And like the lodestone—an ancient magical item “held in high regard as a Powerful Amulet and all-around Good Luck Charm because its Magnetic Influences are supposed to attract Power, Favors, Love, Money, and Gifts” (Yronwode)—the through line of our story functions as a Bad Luck Charm, attracting Injuries, Hate, Penury, and Loss, a cursed item of power.  Or maybe it’s like Tolkien’s One Ring, leading our poor love hobbits straight to Mount Doom instead of a cozy faux-Ireland with ergonomic sunken houses and lots of comfort food.

Old stories are the most powerful.  And this is one of the oldest, older than Macbeth, older than the short stories about crocodiles and honey jars found in the pyramids, perhaps older than writing itself: look for a Replacement Spouse and you never, ever get the Shire.  You get displacement, disrecognition, self-alienation.  But the saddest thing about this story, maybe the reason it has always been classifiable as a tragedy, is that it proceeds from a faulty assumption: people can be optimized like things.

Juice-in-jar

My significant other got liquefied and all I got is this lousy T-shirt.  And the bit of her I was able to pour into this jar.  I think it might be her elbow.  And it’s depressing to have to look at that on mantelpiece every day.  The brilliant short story writer, Sam Lipsyte goes so far as to have his protagonist in “Cremains” take down his mother’s ashes and mainline them like heroin.  So if you’ve read his Venus Drive, maybe that appeals to you as an option.  But think about it.  If you line up three or four shots of Old Elbow tonight, what’s left for tomorrow?  That’s real loss—not just losing dearest but getting faded on her liquefied remains and having to live with the knowledge that you could have just picked up some Midori on the way home.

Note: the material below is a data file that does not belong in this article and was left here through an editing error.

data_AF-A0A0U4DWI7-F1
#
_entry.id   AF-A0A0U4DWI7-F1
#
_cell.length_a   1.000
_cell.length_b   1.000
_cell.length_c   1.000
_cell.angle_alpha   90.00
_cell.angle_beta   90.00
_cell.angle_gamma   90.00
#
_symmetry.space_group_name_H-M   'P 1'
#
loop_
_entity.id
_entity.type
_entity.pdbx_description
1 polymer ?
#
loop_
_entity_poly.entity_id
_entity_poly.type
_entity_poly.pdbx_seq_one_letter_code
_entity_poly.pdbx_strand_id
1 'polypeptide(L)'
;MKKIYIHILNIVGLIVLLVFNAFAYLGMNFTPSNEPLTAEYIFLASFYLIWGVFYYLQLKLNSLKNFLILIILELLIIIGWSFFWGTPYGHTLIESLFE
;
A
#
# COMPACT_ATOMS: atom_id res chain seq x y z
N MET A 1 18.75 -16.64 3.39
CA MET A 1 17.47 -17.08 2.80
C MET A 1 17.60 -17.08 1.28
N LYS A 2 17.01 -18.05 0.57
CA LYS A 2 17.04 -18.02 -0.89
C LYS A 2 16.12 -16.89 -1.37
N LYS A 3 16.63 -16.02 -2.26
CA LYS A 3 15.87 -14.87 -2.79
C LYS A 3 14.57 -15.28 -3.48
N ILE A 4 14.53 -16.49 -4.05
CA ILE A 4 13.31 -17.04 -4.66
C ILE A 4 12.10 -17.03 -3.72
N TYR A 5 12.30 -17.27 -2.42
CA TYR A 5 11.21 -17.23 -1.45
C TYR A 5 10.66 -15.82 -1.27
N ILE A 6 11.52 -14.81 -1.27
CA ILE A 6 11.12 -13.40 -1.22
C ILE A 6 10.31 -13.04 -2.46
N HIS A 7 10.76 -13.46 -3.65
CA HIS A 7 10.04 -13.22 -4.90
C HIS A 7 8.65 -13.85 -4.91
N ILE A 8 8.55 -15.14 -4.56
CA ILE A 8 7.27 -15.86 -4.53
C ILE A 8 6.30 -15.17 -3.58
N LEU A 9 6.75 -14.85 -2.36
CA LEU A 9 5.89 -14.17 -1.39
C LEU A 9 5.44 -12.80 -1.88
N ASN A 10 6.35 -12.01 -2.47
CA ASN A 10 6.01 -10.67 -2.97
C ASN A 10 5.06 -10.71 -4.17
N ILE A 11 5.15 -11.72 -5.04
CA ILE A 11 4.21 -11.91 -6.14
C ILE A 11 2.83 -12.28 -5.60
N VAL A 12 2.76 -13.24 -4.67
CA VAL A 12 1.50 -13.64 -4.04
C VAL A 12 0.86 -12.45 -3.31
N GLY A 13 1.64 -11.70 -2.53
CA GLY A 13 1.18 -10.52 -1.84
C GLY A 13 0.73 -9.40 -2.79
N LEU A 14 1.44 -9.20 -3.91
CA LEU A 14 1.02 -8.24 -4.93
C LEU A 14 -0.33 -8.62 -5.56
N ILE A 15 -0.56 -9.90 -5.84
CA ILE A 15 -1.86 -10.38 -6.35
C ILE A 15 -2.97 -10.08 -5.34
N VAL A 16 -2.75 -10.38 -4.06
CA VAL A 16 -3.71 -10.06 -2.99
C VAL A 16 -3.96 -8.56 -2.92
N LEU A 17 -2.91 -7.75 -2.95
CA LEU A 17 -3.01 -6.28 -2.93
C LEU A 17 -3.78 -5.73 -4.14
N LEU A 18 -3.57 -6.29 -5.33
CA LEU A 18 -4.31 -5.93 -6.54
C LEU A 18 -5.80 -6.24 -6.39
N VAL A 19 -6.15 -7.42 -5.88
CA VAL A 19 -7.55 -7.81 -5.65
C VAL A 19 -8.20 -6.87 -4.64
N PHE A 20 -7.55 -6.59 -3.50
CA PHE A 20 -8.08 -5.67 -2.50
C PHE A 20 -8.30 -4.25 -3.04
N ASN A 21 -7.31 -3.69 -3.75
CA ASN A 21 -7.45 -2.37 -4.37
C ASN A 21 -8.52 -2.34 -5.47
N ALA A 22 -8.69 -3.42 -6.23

People are not things.  Replacements cannot be found.  Loved ones will go the way of all flesh.  And we must then either make amends to our memory of them or ask hell to let us in.  In The Psychopathology of Everyday Life, Freud writes that “By abandoning a part of our psychic capacity as unexplainable through purposive ideas, we ignore the realms of determinism in our mental life.  Here, as in still other spheres, determinism reaches farther than we suppose” (278).  How far it reaches on our through line, how far it determines our final cause, depends on the extent to which we are willing to cower like mindless puling beasts that know neither reason nor truth.  To what extent are we willing to sacrifice what we have, which is to say, what we remember, in our attempts to avoid pain—our best and only teacher?

“We are only what we remember of ourselves.” – Trevor Goodchild in Aeon Flux